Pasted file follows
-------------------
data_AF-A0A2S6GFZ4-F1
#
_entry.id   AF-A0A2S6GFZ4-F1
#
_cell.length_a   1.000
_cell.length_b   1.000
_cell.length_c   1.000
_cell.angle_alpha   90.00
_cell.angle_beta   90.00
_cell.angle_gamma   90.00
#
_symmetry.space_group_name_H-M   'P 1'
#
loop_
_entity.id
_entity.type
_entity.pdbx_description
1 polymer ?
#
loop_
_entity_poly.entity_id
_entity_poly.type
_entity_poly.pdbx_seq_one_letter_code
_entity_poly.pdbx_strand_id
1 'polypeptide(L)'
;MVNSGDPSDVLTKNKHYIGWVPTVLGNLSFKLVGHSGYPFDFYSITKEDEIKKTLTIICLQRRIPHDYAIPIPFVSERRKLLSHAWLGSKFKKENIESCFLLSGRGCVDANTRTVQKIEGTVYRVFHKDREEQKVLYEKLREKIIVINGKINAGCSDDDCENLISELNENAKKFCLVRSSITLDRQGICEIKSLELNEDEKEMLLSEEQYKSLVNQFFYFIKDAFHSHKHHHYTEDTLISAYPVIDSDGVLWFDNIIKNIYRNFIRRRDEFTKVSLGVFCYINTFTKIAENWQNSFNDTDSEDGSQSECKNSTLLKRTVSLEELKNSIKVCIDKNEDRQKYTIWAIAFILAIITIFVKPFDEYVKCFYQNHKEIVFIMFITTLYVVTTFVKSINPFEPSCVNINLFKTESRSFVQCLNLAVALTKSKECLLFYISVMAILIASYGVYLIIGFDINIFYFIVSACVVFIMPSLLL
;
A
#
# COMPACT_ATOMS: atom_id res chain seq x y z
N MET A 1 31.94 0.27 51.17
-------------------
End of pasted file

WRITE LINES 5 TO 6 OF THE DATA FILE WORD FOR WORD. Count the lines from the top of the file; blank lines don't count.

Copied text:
_cell.length_a   1.000
_cell.length_b   1.000